Tag Archives: heritage

From the recipe files: Lebanese Baklawa

Every year we attend the Master’s Swim Team holiday party and every year I wonder what to bring to a gathering of healthy eaters looking to treat themselves after a year of nutritious meals and regular exercise. This year we’re bringing my friend Leesa’s mother’s Lebanese baklawa. I learned this recipe in her kitchen and have never written it out. It had been handed down through oral tradition in her family and she had me repeat the steps back to her as we worked – rapping me gently on the hand with a wooden spoon when I stumbled over the details.

Baklawa baclava

If you’ve made “baclava” from the package directions on the box of phyllo dough this version is going to be so much easier! On the other hand, Leesa’s mom was adamant about a few things:

  • If you’re thinking about using anything but walnuts stop right there. Pistachios are fine, pecans are delicious, but they don’t make baklawa – only walnuts will do.
  • Ditto adding chocolate, dried fruit, coffee, or hazelnut liqueur; just say no.
  • Don’t skimp on the butter. Limit yourself to just one piece of the finished product if you must, but use the amount specified. Angels in heaven will be lining up for the leftovers.

Ingredients: a 10 x 13 pan, 1 package phyllo dough; Filling: 3 C walnuts, 1/2 C sugar, 1 C butter: Syrup: 1 C sugar, 1 C honey, 1/2 C water, 1 Tbs lemon juice, 1 tsp rose water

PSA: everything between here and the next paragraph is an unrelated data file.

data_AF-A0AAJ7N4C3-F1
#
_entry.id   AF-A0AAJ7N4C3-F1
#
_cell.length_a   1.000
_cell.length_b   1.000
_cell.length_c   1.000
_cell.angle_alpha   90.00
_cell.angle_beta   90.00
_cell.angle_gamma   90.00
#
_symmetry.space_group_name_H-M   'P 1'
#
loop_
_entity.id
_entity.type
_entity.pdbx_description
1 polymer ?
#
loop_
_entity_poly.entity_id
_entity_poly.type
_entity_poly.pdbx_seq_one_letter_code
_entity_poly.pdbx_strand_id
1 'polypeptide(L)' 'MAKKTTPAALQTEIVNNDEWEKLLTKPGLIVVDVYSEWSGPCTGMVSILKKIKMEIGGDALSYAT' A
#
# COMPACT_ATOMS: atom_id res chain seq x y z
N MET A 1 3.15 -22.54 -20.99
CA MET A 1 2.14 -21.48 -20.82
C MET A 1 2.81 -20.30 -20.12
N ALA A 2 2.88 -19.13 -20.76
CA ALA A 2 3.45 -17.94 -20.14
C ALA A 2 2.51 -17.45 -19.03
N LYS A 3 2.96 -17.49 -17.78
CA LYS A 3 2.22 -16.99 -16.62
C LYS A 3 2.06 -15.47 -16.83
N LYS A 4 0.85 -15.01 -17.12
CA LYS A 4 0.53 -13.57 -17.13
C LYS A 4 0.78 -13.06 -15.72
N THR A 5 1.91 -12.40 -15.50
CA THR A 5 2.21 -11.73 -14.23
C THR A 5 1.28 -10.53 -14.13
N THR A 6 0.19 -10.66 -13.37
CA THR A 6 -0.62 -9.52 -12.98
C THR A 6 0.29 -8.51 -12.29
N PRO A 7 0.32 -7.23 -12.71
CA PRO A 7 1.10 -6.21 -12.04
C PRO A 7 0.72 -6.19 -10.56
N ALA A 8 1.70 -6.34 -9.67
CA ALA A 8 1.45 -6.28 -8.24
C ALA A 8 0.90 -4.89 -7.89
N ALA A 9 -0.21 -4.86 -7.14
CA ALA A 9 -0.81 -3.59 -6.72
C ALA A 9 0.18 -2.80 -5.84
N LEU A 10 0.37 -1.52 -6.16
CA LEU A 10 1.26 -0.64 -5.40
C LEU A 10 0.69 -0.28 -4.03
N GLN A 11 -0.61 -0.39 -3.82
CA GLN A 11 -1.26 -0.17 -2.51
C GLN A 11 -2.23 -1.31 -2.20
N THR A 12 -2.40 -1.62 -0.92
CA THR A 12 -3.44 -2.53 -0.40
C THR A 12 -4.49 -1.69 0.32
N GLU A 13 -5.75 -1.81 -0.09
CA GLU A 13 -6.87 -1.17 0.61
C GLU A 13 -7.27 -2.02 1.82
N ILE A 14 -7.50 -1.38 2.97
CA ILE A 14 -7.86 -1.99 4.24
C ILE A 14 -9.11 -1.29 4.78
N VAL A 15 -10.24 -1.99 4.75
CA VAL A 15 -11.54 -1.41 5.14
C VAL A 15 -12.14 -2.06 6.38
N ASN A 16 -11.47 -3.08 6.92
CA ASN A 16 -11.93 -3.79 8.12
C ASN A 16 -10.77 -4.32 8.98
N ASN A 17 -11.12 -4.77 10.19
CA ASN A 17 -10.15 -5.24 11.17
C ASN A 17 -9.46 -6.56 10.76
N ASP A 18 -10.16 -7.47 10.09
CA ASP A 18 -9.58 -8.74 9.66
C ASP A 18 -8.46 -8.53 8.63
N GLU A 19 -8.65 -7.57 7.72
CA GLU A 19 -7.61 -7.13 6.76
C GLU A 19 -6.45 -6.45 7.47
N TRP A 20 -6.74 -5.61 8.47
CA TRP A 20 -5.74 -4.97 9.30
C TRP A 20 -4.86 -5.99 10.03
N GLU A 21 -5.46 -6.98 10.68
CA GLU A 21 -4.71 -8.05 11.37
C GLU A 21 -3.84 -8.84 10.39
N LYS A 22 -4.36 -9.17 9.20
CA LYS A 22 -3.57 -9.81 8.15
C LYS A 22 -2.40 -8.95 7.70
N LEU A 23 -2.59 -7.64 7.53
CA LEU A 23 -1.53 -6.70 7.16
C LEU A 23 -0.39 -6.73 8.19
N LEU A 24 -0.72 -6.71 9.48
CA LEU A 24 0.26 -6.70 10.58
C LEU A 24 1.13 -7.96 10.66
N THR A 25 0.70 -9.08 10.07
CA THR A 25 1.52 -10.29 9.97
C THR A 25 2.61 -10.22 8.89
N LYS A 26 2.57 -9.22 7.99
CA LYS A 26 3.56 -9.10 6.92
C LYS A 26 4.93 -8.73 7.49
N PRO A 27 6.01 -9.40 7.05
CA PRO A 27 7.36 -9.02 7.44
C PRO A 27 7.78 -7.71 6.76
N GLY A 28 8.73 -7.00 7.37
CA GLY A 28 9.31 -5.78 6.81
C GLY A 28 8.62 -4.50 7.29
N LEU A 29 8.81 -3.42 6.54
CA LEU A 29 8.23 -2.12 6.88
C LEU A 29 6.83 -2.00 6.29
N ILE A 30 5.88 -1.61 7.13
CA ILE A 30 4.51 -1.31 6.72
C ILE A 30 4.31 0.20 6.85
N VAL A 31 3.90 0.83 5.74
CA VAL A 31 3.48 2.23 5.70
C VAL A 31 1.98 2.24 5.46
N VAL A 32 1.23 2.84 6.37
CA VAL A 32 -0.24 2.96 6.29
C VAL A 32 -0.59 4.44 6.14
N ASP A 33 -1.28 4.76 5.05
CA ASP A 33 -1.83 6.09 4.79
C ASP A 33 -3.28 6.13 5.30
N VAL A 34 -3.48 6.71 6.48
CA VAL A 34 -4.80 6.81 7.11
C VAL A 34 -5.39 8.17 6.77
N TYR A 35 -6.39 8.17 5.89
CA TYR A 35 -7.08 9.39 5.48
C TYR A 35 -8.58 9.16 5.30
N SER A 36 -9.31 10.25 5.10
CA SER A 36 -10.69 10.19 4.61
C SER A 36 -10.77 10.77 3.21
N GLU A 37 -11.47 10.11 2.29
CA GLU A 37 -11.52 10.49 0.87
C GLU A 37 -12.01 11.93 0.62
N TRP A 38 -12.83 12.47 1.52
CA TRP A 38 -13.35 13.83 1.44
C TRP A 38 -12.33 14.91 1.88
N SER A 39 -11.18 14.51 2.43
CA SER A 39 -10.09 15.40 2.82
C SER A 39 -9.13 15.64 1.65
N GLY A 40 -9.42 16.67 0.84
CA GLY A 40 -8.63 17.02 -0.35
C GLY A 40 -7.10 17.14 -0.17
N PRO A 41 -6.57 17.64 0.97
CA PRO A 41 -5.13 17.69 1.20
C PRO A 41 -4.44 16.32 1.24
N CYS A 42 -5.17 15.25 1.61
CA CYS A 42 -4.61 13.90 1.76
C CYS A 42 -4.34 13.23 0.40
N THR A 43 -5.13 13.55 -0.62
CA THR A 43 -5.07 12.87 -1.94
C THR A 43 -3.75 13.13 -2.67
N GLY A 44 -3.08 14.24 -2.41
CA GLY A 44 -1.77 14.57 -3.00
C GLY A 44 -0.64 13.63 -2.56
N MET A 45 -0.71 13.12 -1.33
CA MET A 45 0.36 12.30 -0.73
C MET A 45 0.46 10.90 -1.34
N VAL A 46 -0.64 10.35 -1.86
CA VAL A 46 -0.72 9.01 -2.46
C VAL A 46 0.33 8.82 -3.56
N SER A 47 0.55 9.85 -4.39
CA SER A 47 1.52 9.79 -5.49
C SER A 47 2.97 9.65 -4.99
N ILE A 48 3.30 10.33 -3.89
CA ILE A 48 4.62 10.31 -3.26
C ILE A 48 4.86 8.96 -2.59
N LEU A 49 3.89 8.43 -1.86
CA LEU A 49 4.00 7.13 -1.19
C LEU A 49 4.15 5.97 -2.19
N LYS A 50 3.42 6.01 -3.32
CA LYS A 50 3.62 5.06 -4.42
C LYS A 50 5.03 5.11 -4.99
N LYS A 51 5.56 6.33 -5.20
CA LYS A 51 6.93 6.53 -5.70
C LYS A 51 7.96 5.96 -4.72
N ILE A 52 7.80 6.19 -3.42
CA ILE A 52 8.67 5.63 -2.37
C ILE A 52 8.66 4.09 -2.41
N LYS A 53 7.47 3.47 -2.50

rosewater, honey, butter, phyllo

The phyllo layers are probably in your grocer’s freezer. They need to be fully defrosted for this recipe so leave them in the refrigerator for a day if you have time. If not, open the box and remove the two plastic-sealed rolls of dough and leave them out on the counter. In a warm kitchen they should be thawed in an hour. Don’t open the plastic until right before you need them; the dough dries out very quickly.

Melt the butter over a low flame and keep warm once melted. Preheat the oven to 350.

Make the syrup by boiling the water, honey, and 1 C of sugar together until the sugar melts and the honey is thoroughly combined, about 10 minutes at a simmer. When cool, add the lemon juice and rosewater. Orange blossom water will do in a pinch, but rosewater does add a characteristic flavor; you could try a little vanilla as a substitute.